Investing in road transport boost economies

Transport investment faces a shortfall that can perhaps never be breached – David Arminas writes There “will never be sufficient funds for all planned road activities,” said Ben Gericke, transport specialist at The World Bank. The road maintenance industry is going to have to use the best possible contract strategy to win the investment it needs. Speaking at the PPRS Paris 2015 Pavement Preservation and Recycling Summit, Gericke said that the best way for the global highway construction and road maint
Asphalt Paving, Compaction & Testing / April 30, 2015
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Several countries are now turning to performance-based contracting for road assets
Transport investment faces a shortfall that can perhaps never be breached – David Arminas writes

There “will never be sufficient funds for all planned road activities,” said Ben Gericke, transport specialist at The World Bank. The road maintenance industry is going to have to use the best possible contract strategy to win the investment it needs.

Speaking at the PPRS Paris 2015 Pavement Preservation and Recycling Summit, Gericke said that the best way for the global highway construction and road maintenance sector to get its fair share of any national spending plan was to turn to performance-based contracts.

He is convinced that the secret of success is to “deliver good asset management in the road sector through performance-based contracting (PBC).” Market research and experience at The World Bank have both shown that this is the best way forward.

According to Gericke, “a World Bank Review in the late eighties recommended that bank projects should outsource both works and consultancy services based on the perceived value for money gained when compared to in-house activities.” The “contracting methodology was based on FIDIC Red Book (and) in the 1990s several countries commenced with performance-based maintenance contracting.”

The results were positive and, as the years have gone by, “contracting methodology has developed to include the initial improvement and rehabilitation works as part of PBC,” said Gericke. He told PPRS Paris 2015 that the “latest OPRC (output and performance-based road contracts) now follow a design-build-operate-maintain-transfer” approach.

In 2011 The World Bank reviewed the use of OPRC to develop guidance on the use of the different approaches and the lessons learned were “…a significant improvement in value for money and general savings of between 10-40% when compared to traditional contracts.” Gericke also believes that PBCs lead to “..improved understanding of asset management principles (and better) levels of service.” PBC contracting has also “reduced administration costs with a smaller number of contracts.” There are “reduced opportunities for corruption, as construction risk is transferred to the contractor.” The World Bank has also noticed “…improved workmanship as a result of the contractor being liable for defects.”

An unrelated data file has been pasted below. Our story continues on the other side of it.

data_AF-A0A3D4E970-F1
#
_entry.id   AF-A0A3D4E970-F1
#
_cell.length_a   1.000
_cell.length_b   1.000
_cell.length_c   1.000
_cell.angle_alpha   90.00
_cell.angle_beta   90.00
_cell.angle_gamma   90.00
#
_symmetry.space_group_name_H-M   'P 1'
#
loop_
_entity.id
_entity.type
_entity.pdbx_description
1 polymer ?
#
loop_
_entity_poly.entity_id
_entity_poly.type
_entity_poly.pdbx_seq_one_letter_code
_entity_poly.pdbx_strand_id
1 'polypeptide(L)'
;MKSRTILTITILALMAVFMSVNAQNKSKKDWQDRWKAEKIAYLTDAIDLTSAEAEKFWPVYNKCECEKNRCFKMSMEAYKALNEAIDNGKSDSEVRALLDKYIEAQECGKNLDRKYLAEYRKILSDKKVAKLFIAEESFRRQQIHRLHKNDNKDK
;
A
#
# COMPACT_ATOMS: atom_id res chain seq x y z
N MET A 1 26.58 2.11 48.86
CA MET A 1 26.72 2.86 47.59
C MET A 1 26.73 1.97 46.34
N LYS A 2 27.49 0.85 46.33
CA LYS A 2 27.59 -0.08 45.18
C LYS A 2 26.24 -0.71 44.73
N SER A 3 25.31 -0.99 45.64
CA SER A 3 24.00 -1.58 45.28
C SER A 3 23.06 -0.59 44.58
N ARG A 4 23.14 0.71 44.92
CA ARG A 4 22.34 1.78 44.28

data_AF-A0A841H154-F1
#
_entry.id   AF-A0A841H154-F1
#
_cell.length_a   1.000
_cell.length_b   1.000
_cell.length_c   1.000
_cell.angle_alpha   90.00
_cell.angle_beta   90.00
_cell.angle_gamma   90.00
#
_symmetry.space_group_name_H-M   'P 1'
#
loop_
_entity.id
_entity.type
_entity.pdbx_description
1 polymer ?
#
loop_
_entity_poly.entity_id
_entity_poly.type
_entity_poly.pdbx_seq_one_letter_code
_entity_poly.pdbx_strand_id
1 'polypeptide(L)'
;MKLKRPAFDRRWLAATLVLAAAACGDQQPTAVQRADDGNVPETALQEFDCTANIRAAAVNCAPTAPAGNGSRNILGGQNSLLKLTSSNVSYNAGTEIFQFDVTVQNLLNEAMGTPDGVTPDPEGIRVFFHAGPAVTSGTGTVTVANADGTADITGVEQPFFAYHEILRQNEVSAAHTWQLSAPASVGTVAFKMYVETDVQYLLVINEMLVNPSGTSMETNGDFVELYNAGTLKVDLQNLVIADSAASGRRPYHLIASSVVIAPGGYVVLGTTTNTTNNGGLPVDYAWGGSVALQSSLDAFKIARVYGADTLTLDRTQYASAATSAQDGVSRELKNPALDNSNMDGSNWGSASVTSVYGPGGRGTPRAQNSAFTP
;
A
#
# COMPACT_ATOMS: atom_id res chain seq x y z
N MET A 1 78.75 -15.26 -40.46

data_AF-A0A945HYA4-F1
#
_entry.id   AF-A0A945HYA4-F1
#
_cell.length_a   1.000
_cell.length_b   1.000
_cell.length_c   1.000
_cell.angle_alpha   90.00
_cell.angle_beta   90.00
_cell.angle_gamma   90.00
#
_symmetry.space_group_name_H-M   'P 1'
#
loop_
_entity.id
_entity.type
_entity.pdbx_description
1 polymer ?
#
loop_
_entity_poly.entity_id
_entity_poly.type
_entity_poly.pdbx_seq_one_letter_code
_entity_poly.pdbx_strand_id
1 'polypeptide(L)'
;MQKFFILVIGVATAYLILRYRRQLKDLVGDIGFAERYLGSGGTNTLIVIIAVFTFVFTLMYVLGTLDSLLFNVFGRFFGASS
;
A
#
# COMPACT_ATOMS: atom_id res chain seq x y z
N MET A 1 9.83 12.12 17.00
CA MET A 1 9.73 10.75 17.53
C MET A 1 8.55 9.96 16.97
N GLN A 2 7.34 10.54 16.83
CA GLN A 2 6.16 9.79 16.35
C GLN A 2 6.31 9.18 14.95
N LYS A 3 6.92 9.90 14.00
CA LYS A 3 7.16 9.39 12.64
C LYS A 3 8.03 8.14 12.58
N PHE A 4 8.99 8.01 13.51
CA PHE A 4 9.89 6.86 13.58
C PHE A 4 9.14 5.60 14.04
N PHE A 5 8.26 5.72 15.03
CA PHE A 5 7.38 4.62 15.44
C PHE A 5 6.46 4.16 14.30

The end result is “a more consistent level of service being delivered to the road user,” Gericke argues, and “a better focus on innovation and the sharing of risk.” The challenges include making sure risks are identified initially, that the correct payment model is in place and that all parties involved have agreed the minimum levels of service.”

The process is robust too. “Very few PBCs fail once implemented …although not all deliver the full benefits initially realised),” said Gericke. “Most ‘failures’ of PBC are situations where the implementation did not occur at all.” To make it work, “a sound understanding of risk, the allocation of risk and the definition of risk boundaries is essential (and) to make it through the full PBC process, the project requires strong champions in the road agency, the ministry of finance and the bank or other lending institution.”

“The existing sample OPRC bidding documents seldom get used without substantial change,” said Gericke, and “procurement of PBC – both for consultant support and the physical works – on a lowest price basis is not in the best interest of the PBC.” He worries that “road authorities often struggle to recognise the value-for-money PBCs and good asset management have to offer.”

Agreeing what a successful outcome will look like before you start is also important. “The retention of asset value is a key challenge,” Gericke warns. “How will the end-of-contract road condition be defined and measured?”

With most OPRC contracts, the road owner is paying for a service to be provided and the contractor has to ensure that the road user gets a certain level of service. Specifications included in a typical contract could include describing the level of service expected for every road in the network.

Studies show that the supervision of performance-based contracts is different from the traditional way in which a project was supervised as a PBC project focuses on fewer criteria. It is also much cheaper to supervise a PBC scheme … instead of 7-10 % of the contract value, it will only be around 3-5 %. For a network of 450km, supervision should not take more than 3 to 4 days every month.

Contractors like PBC projects because they get paid a fixed monthly amount if they meet the agreed performance criteria, and usually they are free to decide what to do, as well as when, where and how.